The complaint requests owners to renovate their property for the benefit of the community or risk losing their rights to the Detroit Land Bank Authority. Through a lawsuit, NAP gives owners the opportunity to enter into an agreement to abate the nuisance, the preferred method, or to oppose the suit in court. A default judgment that allows transfer of title to the Detroit Land Bank Authority is granted against owners who choose to not respond.
On April 17, 2014, the 1st lawsuit was filed against 25 vacant and abandoned properties that were in dire need of renovation. Since then, NAP has:
- Filed over 215 complaints consisting of 3892 vacant properties in 12 different community project areas.
- Entered into 1598 agreements with property owners.
- Received 1373 default judgments due to owners failing to respond to the lawsuits, with the first judgment occurring on June 6, 2014.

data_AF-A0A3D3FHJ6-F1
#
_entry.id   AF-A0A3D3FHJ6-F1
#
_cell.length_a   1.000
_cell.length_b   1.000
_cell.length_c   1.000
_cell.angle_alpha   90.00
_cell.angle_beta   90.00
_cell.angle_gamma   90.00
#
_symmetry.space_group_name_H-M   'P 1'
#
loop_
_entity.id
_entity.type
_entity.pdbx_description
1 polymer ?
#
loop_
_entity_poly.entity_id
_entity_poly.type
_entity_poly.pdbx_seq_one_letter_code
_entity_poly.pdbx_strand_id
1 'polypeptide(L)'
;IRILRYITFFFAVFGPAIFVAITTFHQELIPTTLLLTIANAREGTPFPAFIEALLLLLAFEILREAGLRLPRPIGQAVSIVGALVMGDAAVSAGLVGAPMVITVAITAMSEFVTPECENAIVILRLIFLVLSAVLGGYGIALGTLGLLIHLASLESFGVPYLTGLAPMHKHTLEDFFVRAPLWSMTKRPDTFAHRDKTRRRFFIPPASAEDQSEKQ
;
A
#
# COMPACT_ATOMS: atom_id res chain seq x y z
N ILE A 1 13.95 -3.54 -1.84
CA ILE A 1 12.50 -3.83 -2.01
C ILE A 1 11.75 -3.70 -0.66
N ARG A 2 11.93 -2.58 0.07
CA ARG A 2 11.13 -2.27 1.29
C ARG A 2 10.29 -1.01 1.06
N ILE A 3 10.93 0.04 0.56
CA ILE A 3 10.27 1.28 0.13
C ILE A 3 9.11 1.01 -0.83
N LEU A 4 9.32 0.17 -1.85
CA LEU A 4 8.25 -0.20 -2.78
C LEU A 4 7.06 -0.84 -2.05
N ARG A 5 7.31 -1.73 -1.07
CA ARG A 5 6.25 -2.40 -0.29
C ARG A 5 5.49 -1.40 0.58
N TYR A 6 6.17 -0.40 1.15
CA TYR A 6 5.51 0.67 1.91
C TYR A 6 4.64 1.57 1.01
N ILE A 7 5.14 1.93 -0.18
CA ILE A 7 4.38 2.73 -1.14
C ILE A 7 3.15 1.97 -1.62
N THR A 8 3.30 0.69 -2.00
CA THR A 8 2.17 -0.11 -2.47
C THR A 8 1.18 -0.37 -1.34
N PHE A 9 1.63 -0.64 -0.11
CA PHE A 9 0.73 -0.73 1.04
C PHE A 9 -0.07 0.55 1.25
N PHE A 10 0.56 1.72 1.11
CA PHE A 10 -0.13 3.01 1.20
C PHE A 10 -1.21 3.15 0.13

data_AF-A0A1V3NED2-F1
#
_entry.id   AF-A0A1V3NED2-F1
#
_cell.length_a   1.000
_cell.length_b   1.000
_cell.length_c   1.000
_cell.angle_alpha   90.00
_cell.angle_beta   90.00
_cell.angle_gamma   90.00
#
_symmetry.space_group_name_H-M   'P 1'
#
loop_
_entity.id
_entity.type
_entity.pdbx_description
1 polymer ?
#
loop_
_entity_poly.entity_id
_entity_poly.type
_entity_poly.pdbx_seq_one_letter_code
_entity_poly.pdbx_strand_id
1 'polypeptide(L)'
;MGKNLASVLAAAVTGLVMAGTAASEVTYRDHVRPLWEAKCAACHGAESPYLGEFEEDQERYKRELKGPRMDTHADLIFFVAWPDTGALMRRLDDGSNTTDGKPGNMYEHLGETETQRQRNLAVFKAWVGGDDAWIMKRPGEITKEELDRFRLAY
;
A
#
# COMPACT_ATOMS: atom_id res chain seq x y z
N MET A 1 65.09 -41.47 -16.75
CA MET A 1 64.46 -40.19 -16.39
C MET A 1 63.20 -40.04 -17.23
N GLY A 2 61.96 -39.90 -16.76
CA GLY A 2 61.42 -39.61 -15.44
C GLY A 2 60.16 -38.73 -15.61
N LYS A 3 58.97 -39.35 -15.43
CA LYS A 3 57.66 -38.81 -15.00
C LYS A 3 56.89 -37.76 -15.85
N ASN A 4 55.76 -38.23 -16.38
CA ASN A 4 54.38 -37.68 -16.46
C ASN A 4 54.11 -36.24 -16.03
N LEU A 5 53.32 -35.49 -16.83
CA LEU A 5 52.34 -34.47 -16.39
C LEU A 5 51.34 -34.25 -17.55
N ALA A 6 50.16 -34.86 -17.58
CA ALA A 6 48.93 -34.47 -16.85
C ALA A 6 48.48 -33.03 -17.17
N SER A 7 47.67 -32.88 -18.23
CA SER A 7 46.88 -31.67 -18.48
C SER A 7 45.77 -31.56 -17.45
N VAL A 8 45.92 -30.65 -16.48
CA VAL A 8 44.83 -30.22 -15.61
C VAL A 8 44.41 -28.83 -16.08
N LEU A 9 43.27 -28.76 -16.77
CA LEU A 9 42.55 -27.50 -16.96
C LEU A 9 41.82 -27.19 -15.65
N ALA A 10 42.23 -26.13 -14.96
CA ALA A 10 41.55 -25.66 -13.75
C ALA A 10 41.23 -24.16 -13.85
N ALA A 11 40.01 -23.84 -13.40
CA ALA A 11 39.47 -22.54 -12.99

Each complaint, agreement, and judgment is a significant stride towards building a better Detroit – a community safe for children to play, to learn, and to grow.
On July 1, 2014, the NAP program expanded to include properties that are a nuisance due to illegal drug activity. When a search warrant is executed and drugs are found in the premises that information is forwarded to the NAP program. A warning letter is sent to the owner of the property after the first search warrant and the transfer of property may occur if drug nuisance is not abated; if a second warrant finds drugs, a case is filed using the same procedures as used for abandoned property.